Tuesday, June 4, 2019

Washington, DC Trip

We recently returned from a trip to Washington, DC. There is so much to see and do in Washington! We didn't begin to see everything, and the following posts cover only a portion of what we did see. The emphasis in these posts is on history, architecture, and art. We also saw three live performances: a military band and parade, a symphony, and a Shakespeare play.
Following is a brief history of the founding of Washington.

It took a few years after the American Revolution ended in 1783 for the Thirteen Colonies to develop an effective national government. The Constitution of the United States was drafted in 1787 and ratified in 1788. The first president and the first members of Congress elected under the new Constitution took office in 1789 in New York City, the seat of national government at the time.

The Constitution authorized a "District (not exceeding ten miles square) as may, by cession of particular States, and the acceptance of Congress, become the Seat of the Government of the United States" – but it left the details up to Congress.

Congress passed the Residence Act in 1790 which said that the national capital would be created on the Potomac River, and that the federal government would temporarily move to Philadelphia for the decade 1790-1800 while the new capital was being built. This led to the creation of a new federal city, Washington, in a new federal district, Columbia. The federal government moved to Washington from Philadelphia in the fall of 1800.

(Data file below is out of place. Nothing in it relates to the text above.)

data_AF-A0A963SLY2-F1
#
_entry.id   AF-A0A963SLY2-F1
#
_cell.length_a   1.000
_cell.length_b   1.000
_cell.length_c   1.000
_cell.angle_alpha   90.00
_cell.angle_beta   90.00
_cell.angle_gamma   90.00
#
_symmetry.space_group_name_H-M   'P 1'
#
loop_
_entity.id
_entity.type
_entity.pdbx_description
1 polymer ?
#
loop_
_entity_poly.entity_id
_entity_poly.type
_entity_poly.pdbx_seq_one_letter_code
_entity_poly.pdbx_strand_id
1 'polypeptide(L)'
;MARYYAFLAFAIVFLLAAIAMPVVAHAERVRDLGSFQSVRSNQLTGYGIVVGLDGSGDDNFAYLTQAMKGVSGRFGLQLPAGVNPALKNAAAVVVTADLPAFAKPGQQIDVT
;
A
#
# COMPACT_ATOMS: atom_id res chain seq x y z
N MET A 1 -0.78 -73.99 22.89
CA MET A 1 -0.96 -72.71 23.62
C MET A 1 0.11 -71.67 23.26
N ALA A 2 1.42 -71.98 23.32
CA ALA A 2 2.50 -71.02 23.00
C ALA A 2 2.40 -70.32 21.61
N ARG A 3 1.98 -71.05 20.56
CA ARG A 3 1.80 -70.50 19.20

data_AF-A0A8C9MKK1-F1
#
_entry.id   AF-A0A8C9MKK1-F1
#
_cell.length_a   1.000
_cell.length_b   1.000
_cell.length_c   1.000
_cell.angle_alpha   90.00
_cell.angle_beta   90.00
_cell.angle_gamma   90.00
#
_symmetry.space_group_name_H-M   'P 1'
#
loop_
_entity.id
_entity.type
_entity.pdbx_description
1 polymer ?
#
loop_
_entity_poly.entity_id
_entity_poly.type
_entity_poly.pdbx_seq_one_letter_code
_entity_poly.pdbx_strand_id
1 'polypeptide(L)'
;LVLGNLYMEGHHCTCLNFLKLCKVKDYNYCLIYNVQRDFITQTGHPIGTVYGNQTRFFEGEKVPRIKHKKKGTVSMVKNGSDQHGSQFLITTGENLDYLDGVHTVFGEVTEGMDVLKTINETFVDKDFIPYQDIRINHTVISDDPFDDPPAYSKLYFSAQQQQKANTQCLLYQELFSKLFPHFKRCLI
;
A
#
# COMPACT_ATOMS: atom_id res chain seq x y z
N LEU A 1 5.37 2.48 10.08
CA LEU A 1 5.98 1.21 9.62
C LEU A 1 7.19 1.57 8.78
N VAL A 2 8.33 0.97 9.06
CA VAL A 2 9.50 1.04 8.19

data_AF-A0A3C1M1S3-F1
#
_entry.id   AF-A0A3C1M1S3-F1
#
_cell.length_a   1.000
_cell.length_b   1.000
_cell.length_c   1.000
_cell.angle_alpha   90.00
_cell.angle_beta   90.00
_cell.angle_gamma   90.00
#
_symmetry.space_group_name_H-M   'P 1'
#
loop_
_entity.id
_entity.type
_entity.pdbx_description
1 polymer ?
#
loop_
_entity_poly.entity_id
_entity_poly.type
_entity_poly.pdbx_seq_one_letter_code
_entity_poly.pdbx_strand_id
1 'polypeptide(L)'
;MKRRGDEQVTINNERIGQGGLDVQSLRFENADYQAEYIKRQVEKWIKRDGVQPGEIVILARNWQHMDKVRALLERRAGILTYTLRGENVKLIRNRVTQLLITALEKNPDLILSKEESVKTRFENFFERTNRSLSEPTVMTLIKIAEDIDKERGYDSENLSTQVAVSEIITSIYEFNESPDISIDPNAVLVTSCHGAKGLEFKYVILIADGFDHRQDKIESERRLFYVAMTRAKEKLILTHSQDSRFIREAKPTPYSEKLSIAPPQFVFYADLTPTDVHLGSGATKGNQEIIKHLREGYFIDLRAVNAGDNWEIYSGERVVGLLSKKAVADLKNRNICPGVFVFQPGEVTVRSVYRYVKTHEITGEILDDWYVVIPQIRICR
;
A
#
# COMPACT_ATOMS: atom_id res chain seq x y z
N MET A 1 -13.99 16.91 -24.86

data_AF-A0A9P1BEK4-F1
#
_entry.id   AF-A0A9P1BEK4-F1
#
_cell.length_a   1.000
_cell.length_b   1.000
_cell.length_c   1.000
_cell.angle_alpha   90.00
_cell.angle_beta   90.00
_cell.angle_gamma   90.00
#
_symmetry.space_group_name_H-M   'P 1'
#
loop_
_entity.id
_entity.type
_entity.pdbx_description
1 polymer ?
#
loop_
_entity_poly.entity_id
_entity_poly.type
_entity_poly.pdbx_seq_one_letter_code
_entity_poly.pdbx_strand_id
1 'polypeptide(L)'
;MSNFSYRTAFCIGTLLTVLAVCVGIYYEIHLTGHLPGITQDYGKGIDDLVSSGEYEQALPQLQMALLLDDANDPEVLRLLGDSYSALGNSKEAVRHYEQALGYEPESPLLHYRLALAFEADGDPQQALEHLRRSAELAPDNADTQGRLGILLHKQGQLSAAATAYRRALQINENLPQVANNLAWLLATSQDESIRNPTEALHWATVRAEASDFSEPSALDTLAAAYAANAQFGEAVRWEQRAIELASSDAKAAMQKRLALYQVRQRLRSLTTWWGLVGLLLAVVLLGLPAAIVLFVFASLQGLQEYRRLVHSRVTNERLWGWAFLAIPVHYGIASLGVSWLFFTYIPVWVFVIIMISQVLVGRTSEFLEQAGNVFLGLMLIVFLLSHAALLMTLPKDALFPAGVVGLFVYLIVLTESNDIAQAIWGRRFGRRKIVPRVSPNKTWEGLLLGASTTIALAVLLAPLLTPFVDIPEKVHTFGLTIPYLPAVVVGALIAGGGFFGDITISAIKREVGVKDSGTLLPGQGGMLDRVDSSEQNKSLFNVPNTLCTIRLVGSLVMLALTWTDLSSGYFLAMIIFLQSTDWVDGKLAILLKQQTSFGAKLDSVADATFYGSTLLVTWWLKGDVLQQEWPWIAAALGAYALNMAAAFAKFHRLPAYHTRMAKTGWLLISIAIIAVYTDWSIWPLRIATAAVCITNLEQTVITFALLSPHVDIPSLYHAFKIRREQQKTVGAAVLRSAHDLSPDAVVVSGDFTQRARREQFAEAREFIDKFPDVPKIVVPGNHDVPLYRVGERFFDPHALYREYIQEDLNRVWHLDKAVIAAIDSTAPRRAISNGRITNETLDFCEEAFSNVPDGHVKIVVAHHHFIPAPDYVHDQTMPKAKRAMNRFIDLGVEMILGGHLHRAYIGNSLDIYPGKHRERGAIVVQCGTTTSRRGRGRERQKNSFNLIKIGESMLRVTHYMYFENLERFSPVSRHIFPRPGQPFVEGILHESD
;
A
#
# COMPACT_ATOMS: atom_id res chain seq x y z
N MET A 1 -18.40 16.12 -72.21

The District of Columbia was originally ten miles square (100 square miles), oriented like a diamond, on land along both sides of the Potomac River donated by the states of Maryland and Virginia. In 1846 the federal government returned to Virginia the portion of the district on the west side of the Potomac River, leaving 68 square miles shown in this satellite photo (source):

The city and district are divided into four quadrants centered on the Capitol Building. Our hotel was in the southwest quadrant, within walking distance of District Wharf where there is much new development (still ongoing) along the Potomac River. We had several good meals in the Wharf area.

The photo at the top of this post is the Washington Monument, 555 feet tall. Construction began in 1848, but was interrupted by funding issues and the Civil War. (Notice the change in color of the marble where construction was halted for 25 years. When construction resumed, a different kind of marble was used.) The monument was opened to the public in 1888. In recent years the monument has been temporarily closed numerous times for repairs and renovations. It was closed when we were there, reopening in August 2019.

We were in Washington from May 28 to June 3. The photo above was taken before noon on June 1, and the flags around the base of the Washington Monument were at full-staff. When we went by the monument again on June 2, the flags were at half-staff to honor the victims of a tragic shooting at the Virginia Beach Municipal Center in Virginia Beach, Virginia, on May 31:

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